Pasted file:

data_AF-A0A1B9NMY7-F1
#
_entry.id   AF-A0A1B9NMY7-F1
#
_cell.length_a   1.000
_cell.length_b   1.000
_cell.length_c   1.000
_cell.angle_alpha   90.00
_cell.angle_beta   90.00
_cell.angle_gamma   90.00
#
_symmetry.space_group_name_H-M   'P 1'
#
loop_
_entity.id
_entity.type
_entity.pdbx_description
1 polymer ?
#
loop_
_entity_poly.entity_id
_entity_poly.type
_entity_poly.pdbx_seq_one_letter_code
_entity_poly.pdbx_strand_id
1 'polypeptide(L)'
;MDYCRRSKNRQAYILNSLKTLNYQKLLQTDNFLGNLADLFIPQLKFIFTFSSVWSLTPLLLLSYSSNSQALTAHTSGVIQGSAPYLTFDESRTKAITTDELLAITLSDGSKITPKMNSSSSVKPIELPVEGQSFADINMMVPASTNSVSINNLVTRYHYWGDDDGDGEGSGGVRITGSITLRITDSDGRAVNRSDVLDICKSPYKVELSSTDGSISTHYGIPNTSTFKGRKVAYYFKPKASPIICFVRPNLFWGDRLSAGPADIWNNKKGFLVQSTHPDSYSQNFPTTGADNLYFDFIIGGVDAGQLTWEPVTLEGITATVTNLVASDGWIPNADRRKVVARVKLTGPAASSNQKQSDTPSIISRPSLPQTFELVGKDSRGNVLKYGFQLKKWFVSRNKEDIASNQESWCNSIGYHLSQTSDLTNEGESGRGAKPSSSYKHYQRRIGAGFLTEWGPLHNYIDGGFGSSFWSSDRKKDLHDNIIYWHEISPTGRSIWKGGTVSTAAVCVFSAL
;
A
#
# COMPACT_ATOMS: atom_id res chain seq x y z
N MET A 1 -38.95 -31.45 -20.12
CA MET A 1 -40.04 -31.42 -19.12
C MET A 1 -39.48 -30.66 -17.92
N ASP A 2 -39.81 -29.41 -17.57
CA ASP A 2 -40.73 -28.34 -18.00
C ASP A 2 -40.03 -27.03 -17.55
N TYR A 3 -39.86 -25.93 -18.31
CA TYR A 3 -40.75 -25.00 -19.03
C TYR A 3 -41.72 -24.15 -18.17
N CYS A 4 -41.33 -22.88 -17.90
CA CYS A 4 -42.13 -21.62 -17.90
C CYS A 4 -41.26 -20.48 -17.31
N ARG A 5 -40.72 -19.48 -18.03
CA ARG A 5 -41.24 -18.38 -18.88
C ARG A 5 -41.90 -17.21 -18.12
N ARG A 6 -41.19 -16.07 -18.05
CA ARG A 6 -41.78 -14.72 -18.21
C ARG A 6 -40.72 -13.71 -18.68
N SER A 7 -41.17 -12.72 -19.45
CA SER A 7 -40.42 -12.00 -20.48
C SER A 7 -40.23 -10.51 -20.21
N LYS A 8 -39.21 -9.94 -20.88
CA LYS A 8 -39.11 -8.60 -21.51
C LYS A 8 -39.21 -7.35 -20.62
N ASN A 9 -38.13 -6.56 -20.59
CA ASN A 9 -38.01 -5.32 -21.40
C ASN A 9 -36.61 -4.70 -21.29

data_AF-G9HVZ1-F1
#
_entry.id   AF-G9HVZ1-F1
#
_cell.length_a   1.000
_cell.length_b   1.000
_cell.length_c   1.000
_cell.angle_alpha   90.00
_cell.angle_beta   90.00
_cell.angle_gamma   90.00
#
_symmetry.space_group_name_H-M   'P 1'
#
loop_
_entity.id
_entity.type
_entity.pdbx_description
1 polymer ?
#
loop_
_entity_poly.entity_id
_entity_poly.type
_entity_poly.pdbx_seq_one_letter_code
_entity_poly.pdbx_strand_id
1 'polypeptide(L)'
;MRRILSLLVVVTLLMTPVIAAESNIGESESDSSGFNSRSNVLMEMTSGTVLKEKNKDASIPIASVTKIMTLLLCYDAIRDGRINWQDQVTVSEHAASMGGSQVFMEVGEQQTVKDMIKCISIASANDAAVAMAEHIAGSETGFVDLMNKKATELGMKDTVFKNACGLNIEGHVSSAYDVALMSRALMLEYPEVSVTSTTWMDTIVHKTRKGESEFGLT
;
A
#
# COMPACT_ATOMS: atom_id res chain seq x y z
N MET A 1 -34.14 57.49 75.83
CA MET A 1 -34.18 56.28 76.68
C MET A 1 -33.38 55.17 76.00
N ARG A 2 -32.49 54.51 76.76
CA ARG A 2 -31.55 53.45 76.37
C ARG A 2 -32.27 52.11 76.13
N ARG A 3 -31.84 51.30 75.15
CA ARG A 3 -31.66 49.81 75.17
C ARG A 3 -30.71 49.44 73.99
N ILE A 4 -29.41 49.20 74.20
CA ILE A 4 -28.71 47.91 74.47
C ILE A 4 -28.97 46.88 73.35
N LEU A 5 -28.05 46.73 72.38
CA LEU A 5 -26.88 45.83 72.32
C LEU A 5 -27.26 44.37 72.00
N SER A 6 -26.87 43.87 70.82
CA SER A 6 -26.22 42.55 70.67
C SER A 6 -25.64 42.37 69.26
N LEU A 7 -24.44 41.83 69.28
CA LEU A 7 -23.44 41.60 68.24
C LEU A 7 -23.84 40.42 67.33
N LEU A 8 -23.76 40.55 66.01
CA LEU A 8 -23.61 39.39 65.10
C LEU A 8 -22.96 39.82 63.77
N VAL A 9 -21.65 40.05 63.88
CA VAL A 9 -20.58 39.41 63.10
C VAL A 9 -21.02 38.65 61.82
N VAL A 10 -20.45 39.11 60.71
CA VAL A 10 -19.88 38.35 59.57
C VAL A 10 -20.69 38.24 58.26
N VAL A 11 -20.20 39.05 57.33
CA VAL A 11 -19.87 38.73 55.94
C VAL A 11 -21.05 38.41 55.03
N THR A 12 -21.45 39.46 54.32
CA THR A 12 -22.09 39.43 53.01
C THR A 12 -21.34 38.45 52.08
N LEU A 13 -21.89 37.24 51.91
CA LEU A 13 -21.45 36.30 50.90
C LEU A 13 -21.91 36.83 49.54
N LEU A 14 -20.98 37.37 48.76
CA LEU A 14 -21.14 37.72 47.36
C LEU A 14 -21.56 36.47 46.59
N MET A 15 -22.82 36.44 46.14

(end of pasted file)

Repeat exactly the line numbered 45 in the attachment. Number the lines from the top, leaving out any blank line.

C ARG A 5 -41.90 -17.21 -18.12